Friday, March 05, 2010

Today In History: Please Mr. Custer...

Despite the fact that the land beyond the Euphrates had been swallowing up Roman armies at least since Crassus and 30,000 of his closest army buddies went walkabout and never came back, Roman emperors couldn't resist meddling in Persian politics.

On this day in 363AD, the Roman emperor Julian, his military reputation still surfing on the spankings he'd handed the Alamanni along the Rhine, marched his troops out of Antioch and into Sassanid Persia. It didn't really appear to be a "plan" kind of operation, as the army wandered around and dished out some random punitive damage to the Sassanid army and infrastructure before winding up camped outside of the capital at Ctesiphon.

Deciding against a lengthy siege, Julian decided to get all Xenophonic and march north, rather than back the way they'd come. He wound up taking a javelin through the liver during one of the innumerable skirmishes along the way, and the army was left in the hands of Jovian, a Serbian general who was no Alexander, if you know what I mean, and who some sources say was acclaimed emperor by accident. Shapur II soon brought the inept and harried Jovian to bay, and he signed away five provinces, three border forts, and a client kingdom to be named at a later date in order to be allowed to return to Roman territory and not take up a new career as Shapur's furniture.

The moral of the story? If you get a job working as a Roman emperor, stay on this side of the Euphrates.

10 comments:

Borepatch said...

Compare and contrast: Romans east of the Euphrates, Army of Northern Virgina north of the Potomac.

Ed Foster said...

Or Persians as infantry in mountainous Greek passes.

The steppes dwellers always had an advantage in cavalry warfare on large open plains where the could maneuver in depth and use horse mounted archers to support their shock troops.

The center of the Hunnish army was Germanic heavy cavalry, mostly Gepids, who had been conquered and switched sides, becoming about half of the founding stock of modern day Hungary. It seems Huns had little resistance to European diseases, but Hun/German hybrids did quite well indeed.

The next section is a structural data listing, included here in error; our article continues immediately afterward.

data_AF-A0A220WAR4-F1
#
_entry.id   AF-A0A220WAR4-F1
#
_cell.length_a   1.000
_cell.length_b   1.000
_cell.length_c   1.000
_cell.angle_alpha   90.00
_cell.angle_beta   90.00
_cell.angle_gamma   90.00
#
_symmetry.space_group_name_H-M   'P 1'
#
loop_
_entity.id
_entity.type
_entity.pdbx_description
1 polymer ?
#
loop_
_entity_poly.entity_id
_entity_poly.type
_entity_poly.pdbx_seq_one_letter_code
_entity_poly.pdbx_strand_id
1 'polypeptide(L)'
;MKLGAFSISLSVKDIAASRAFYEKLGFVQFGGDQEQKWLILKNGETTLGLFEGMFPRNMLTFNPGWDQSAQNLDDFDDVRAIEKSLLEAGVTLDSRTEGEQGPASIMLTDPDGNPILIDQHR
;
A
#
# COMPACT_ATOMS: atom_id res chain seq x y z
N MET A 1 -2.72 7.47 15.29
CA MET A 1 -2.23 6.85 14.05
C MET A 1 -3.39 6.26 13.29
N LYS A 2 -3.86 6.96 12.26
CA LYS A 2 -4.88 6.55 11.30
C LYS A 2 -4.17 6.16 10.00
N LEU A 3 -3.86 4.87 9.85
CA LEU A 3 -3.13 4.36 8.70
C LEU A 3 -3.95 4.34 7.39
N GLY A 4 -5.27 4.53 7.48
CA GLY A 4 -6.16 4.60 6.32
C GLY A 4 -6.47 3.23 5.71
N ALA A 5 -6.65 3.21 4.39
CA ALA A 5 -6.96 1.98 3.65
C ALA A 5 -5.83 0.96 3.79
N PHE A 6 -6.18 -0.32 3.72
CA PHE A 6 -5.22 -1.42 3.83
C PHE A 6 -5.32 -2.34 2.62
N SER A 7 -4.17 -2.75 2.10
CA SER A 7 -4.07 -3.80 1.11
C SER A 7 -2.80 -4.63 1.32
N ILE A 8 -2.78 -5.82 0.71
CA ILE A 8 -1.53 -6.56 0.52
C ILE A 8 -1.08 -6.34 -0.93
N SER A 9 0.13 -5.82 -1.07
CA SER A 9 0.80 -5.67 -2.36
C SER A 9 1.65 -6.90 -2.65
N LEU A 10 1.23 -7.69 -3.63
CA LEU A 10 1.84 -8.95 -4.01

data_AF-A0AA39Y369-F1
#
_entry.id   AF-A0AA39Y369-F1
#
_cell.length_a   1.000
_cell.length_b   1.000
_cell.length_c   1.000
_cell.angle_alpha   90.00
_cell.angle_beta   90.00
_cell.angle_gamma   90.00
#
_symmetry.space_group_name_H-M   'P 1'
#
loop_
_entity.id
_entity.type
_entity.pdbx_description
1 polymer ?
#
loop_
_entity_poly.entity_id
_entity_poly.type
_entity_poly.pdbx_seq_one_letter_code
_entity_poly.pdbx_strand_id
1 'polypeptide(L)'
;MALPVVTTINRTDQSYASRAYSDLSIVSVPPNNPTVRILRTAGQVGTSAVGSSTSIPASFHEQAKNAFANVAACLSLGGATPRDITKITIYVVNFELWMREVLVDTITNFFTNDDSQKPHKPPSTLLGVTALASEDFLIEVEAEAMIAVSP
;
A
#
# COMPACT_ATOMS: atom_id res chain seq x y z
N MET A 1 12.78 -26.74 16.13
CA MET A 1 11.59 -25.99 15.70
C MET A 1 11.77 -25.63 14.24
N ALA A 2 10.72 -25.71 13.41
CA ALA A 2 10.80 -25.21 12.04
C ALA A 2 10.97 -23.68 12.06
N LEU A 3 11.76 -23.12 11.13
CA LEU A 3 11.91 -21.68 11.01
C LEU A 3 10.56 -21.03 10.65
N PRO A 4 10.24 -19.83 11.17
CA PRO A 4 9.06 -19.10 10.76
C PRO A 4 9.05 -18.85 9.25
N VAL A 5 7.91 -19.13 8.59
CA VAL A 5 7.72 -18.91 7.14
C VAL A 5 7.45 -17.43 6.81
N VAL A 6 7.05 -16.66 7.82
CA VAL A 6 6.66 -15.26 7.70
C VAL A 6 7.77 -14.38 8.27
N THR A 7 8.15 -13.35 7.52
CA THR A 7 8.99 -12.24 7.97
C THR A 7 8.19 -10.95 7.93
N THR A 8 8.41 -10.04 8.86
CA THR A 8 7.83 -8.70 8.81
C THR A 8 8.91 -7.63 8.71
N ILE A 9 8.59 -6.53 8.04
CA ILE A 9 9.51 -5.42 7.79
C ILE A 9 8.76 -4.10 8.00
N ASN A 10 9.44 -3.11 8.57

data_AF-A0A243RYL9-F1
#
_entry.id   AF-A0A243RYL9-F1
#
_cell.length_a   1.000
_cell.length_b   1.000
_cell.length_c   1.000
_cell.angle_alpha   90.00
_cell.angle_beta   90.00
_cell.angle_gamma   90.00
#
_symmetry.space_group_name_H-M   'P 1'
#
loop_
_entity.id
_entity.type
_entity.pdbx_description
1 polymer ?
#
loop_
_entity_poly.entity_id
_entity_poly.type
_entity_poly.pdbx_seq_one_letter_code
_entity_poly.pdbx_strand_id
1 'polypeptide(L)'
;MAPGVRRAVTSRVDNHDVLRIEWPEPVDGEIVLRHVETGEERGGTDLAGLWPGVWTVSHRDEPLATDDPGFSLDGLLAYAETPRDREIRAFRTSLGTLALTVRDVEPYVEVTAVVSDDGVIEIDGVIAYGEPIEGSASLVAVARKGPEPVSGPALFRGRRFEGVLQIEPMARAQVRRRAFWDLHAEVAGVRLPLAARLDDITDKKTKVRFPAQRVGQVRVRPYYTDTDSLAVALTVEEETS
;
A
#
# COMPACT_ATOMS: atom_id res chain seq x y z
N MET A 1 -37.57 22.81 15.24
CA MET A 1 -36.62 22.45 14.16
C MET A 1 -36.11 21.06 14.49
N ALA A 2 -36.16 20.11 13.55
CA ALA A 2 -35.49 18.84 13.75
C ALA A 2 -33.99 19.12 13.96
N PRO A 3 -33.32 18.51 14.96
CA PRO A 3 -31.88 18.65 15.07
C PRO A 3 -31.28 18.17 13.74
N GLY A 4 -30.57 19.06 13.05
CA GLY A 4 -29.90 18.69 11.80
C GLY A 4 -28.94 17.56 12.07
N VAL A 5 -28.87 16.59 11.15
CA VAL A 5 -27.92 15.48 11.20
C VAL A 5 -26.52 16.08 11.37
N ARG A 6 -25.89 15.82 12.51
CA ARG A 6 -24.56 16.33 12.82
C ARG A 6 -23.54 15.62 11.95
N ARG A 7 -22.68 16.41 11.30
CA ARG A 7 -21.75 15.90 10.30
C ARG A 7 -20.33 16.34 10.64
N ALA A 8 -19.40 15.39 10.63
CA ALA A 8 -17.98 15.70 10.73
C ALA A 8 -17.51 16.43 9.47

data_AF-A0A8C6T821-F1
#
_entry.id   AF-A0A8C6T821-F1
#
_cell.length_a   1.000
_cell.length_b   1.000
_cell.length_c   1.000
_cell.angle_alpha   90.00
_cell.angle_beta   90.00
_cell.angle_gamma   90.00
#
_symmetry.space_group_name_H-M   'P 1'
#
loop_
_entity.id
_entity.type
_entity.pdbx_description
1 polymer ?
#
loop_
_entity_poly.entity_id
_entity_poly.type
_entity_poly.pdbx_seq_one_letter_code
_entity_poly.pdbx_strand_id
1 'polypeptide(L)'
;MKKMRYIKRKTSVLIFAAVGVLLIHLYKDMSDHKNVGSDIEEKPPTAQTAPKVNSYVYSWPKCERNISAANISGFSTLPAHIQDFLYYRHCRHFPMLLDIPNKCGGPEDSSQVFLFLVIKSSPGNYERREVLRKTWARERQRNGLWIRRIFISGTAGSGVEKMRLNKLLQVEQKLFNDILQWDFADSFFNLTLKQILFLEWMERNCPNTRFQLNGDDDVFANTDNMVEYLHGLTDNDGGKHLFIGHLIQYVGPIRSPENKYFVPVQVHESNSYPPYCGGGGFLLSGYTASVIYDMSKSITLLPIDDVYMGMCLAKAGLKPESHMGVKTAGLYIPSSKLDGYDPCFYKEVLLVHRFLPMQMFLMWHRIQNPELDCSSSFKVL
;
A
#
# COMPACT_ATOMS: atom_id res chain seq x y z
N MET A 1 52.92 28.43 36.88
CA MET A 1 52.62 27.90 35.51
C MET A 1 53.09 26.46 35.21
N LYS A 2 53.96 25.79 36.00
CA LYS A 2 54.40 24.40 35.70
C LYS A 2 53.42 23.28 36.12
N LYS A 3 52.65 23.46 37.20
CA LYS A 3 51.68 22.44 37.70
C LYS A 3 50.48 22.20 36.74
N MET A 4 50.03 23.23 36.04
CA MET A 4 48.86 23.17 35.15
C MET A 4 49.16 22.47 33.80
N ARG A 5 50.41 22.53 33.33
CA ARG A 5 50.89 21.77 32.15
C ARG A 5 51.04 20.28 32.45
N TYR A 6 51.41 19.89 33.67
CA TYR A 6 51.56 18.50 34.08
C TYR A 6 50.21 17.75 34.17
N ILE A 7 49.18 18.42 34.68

The Byzantine Cataphracti were essentially identical to Parthian heavies, with the same huge horses, soon to become the standard European warhorse, the same Gaulish/Galatian/Tocharian chainmail, and an identical recurved composite horn bow.

Not as practical as a Welsh longbow in rainy climates (the glue was water soluable) and not as accurate due to the savage kick, but about the same 200 meter practical range, allbeit with a much lighter arrow.

For reference, every time Turkish horse archers ran up against Welsh or first rate English archers during the Crusades, their saddles were emptied and they were driven off the field. Check out Richard's shore march during the Acre campaign.

A 40 inch arrow drawn to the ear, from a bow with a 120 to 180 pound draw, tipped with a hardened cold chisel called a bodkin, could punch through any armor, and the Turks soon learned to avoid those husky boys in the leather armor carying the long sticks.

The Europe hating revisionists on TV keep portraying the horn bow as some kind of super weapon, quoting a 500 meter shot done in Hungary in the 1500's as an example of innate superiority over crude European attempts to match it.

Nobody ever mentions that it was done with a special flight arrow, fired by the best trick shot in the Ottoman empire, entirely as a propaganda effort, and long after the invention of firearms had made any archer obsolescent.